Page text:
New schools also typically find themselves at the lower end of the KHDA, ADEK or SPEA inspection ratings. While KHDA state that a new school can achieve a 'Very Good' or 'Outstanding' rating in their first KHDA inspection, no new school has actually done so. It is generally considered a significant achievement for a new school to receive a KHDA rating of ‘Good’, although this may confuse parents using these ratings in selecting a school in Dubai for the first time.
One such example is Brighton College Dubai, a highly regarded school that achieved a ‘Good’ rating in its first KHDA inspection, in the 2021-22 inspection cycle, while receiving a rating of ‘Outstanding’ in all areas, in its BSO inspection. As is often the case in British schools, the highlighted areas for improvement in the school’s KHDA inspection report were its Arabic and Islamic Education provision, which are significant areas of focus within the criteria for students’ achievement within the KHDA framework.
Head Master, Simon Crane, referenced this major difference in the frameworks when asked about the disparity between the two ratings:
“The two frameworks are quite different, in particular the KHDA has a much greater weight on Arabic medium subjects. BSO also has a British values element while KHDA, understandably, includes UAE elements. Nonetheless, any inspectorate will focus on pupil achievement, compliance, and welfare. We were delighted to be graded outstanding in every category.”
In its KHDA inspection report, Brighton College Dubai was praised highly for students’ personal development, partnerships with parents, procedures for health and safety, quality of facilities and student attainment in English. Praise for these elements of the school were consistent in the school’s BSO inspection report, although with differing assessment criteria around teaching and learning, and notable areas such as spiritual, moral, social and cultural development (where British values are a criteria), BSO rated the school at a higher level.
Another Dubai school to be inspected by BSO in 2022 was Safa British School. There is less of a disparity between the school’s KHDA and BSO inspection ratings, with a ‘Very Good’ from KHDA’s most recent inspection result, and an ‘Outstanding’ in all areas from BSO. It is important to note, by way of comparison, that this school has undergone eleven KHDA inspections prior to the most recent one published, from 2019-2020.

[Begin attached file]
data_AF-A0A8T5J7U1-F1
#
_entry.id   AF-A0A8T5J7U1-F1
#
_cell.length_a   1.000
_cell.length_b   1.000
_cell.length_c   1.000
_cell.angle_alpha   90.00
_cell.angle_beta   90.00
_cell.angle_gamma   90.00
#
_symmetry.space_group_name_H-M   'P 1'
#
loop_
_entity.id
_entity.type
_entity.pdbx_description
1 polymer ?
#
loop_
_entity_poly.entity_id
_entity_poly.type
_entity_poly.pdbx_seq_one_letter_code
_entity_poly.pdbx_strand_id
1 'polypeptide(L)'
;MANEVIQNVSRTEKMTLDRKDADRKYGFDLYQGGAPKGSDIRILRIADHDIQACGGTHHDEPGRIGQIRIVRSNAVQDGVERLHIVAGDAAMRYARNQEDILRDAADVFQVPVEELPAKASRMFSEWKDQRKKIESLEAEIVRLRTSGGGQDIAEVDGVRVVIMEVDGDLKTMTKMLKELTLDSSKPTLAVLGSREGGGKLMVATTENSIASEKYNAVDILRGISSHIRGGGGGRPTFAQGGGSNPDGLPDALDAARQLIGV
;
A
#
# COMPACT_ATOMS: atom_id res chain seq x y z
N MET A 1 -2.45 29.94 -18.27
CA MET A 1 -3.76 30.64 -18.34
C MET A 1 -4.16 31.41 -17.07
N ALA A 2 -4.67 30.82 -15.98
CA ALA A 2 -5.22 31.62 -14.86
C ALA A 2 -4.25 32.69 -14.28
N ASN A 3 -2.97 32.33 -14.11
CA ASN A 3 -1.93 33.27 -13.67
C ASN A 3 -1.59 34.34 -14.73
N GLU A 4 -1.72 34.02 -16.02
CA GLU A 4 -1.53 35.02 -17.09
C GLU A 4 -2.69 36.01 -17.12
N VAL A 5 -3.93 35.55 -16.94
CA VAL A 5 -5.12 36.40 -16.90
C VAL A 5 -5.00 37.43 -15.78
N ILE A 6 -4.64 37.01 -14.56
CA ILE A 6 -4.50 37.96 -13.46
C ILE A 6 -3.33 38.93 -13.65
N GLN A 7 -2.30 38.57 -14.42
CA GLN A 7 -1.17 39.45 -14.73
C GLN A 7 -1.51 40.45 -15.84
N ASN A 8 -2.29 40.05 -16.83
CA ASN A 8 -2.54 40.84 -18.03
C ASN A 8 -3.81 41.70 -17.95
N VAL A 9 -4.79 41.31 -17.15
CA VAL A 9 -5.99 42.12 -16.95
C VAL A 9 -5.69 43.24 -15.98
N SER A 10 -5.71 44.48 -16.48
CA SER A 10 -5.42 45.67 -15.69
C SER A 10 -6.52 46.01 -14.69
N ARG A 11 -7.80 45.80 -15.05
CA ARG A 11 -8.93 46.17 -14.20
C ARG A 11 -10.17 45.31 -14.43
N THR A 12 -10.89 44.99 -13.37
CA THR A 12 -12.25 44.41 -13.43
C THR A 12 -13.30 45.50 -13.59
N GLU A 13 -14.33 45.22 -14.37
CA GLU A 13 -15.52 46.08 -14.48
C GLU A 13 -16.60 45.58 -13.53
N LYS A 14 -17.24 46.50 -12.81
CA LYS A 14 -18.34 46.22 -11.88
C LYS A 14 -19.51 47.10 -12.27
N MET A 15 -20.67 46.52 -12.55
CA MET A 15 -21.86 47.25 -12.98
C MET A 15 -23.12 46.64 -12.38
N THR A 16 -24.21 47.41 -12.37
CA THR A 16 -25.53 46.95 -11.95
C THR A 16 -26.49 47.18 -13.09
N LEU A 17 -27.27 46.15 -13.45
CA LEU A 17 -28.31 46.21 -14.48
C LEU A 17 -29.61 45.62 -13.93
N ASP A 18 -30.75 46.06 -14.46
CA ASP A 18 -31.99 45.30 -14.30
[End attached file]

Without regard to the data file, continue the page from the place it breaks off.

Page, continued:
Areas of excellence, rated as ‘Outstanding’ in the KHDA’s inspection report, were personal development, social responsibility and innovation skills, health and safety, care and support and parents and the community. Almost all other areas were ‘Very Good’, with the exception of Arabic and Islamic Education. When removing the most significant differences in framework criteria (Arabic and Islamic Education from KHDA and the British values element of Spiritual, Moral, Social and Cultural Development from BSO), there is little difference in the ratings given.
When assessing how to use the information these inspection reports provide, it is important to keep them in context and consider your own individual needs and expectations from a school. For families intending to return or relocate to the UK during their children’s education, BSO ratings will be of relevance. These inspection reports can not only provide an insight on the quality of education provided, but also on the alignment of the school to independent schools in England, allowing for a smoother transition upon their return.
For families who regard Arabic and Islamic Studies as being key elements of their child’s education, a BSO report does not provide any in depth assessment in this area. The UAE inspection framework used in the SPEA, ADEK and the KHDA inspections provides considerably more relevant information in this area.
For families who do not fall in either of these categories, it is a good idea to consider both reports when assessing the strength of a school, as well as other voluntary inspection schemes, and reviews and parent ratings on WhichSchoolAdvisor.com and SchoolsCompared.com. Rather than using the overall school ratings only, it is advisable to consider what your priorities and your child’s key needs are, before delving into reports to explore which schools excel in the areas that matter to you.
Further reading: School inspection reports and how to read them